The Lawyer Asia Pacific 150 is the only research report to provide a ranking of the top 100 independent local firms and top 50 global firms in the region. The report offers critical review of some of the fastest growing firms and their strategies, a country-by-country guide to leading legal advisers and legal services market trends, plus exclusive insight into the current business development opportunities in the Asia Pacific. Read more
This year, The Lawyer’s annual ranking of the largest UK law firms by turnover is available as an interactive, digital benchmarking tool. For the first time this will allow you to manipulate each data set against the metrics of your choice.
Some black and minority ethnic (BME) lawyers are working for free because they failed to land paid training contracts or work after they were made redundant.
The shocking statistic is revealed in research carried out by the Law Society and published exclusively by The Lawyer in its inaugural report on diversity, out today.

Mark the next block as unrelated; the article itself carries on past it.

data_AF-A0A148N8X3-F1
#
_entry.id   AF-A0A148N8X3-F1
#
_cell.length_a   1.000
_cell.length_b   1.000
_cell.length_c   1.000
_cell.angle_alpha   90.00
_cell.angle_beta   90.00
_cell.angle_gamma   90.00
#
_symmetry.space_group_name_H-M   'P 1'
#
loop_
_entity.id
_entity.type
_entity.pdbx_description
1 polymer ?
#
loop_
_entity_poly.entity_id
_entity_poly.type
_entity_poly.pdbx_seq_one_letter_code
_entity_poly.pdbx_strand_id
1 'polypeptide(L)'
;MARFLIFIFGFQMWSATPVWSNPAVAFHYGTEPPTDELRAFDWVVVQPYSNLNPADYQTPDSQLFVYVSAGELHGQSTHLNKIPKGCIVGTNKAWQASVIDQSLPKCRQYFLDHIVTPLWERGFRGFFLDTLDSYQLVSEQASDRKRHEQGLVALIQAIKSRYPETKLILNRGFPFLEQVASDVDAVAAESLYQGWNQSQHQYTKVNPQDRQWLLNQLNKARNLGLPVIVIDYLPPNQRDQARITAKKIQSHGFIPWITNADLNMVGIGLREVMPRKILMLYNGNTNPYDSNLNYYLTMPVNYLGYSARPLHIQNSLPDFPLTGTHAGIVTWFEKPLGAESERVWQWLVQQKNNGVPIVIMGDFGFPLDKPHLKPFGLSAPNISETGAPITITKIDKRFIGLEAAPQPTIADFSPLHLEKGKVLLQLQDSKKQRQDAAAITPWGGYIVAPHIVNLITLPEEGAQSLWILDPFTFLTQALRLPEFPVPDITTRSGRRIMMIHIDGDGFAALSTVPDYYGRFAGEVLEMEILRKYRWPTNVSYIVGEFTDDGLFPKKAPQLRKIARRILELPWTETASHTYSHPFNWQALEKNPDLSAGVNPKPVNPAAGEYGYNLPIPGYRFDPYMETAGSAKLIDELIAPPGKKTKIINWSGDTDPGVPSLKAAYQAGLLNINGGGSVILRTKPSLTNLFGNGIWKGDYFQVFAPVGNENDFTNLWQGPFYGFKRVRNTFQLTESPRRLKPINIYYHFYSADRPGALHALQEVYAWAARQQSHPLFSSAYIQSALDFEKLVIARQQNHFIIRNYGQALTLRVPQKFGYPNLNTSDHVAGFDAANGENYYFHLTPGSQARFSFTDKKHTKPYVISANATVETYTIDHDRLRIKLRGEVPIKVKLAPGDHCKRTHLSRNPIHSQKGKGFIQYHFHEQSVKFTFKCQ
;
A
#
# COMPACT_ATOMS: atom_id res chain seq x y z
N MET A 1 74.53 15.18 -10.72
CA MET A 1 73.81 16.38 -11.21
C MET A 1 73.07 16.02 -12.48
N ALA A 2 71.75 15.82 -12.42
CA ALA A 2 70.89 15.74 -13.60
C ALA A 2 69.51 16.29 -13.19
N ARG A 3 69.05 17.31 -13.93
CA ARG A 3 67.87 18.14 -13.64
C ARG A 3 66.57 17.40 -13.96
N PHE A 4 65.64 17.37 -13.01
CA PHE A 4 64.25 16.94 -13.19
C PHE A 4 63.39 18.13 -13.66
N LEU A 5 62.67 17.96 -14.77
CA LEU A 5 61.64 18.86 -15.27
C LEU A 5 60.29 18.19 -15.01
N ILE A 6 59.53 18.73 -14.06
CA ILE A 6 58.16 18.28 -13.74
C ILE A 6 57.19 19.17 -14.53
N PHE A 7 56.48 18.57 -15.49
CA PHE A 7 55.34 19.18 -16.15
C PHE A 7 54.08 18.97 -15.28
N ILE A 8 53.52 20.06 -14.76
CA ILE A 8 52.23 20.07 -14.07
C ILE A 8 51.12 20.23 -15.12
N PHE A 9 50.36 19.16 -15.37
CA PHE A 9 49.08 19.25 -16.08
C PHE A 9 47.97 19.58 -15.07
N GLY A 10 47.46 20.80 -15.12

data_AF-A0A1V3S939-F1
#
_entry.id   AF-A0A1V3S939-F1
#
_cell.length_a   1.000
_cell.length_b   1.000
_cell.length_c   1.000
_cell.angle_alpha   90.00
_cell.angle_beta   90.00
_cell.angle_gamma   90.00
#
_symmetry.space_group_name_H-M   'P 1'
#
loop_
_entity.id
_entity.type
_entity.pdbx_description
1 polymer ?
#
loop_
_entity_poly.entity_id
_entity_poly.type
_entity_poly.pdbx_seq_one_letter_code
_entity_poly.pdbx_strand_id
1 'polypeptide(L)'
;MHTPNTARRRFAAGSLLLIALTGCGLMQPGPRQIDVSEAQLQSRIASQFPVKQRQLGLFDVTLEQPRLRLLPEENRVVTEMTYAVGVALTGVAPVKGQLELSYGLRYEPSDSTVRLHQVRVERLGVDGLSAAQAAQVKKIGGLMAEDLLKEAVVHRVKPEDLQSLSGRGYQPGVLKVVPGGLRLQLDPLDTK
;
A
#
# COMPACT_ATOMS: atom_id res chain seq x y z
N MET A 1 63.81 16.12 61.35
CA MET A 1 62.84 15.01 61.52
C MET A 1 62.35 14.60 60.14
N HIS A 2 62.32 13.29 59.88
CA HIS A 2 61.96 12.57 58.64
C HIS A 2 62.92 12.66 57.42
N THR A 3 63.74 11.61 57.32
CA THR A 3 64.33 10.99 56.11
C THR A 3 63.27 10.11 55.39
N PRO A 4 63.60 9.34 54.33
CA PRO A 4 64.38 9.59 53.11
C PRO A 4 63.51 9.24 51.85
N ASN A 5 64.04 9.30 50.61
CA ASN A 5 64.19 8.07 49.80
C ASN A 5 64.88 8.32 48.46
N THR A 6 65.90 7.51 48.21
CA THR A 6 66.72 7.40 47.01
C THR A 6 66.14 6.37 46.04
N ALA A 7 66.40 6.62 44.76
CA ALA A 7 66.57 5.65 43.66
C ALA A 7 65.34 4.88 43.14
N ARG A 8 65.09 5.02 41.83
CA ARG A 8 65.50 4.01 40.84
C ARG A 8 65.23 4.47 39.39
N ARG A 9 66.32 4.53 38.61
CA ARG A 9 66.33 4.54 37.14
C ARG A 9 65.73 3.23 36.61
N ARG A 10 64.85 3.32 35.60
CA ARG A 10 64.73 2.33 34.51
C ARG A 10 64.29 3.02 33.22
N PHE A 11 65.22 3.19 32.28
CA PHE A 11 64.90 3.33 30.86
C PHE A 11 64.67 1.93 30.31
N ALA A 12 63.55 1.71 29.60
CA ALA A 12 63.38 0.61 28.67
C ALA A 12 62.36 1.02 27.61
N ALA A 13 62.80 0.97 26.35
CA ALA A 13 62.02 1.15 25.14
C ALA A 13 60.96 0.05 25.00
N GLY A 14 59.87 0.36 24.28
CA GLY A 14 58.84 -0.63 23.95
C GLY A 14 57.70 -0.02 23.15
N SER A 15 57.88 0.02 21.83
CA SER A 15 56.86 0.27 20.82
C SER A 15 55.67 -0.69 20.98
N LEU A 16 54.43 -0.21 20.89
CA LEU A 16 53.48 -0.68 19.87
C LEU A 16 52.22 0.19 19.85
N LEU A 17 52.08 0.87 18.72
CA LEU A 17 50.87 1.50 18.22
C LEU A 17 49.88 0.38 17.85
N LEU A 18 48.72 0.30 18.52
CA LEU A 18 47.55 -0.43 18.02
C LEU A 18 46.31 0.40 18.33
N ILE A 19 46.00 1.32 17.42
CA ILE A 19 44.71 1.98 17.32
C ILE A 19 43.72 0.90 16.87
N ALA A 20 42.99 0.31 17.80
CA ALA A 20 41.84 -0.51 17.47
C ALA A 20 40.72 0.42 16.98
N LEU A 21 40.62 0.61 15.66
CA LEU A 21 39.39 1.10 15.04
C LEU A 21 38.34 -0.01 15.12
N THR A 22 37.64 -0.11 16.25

The Law Society said: “Some BME solicitors [are] working for no pay. In today’s society, with wrangles over the minimum wage, it seems incredible that individuals are still prepared to work without remuneration to fulfil their passion to break into the legal profession.”
The Lawyer Diversity Report 2010 suggests that minorities have been affected disproportionately in redundancy programmes, that women and minorities are pushed towards lower-paid areas and that a fifth of LGBT lawyers have experienced discrimination at work.
These factors are leading talent from non-traditional groups to leave private practice in droves, resulting in a loss of £125,000 per associate and a surge in Employment Tribunal claims.
The report explains the issues behind these trends and carries out the first audit of the diversity profiles of the UK’s largest 30 firms.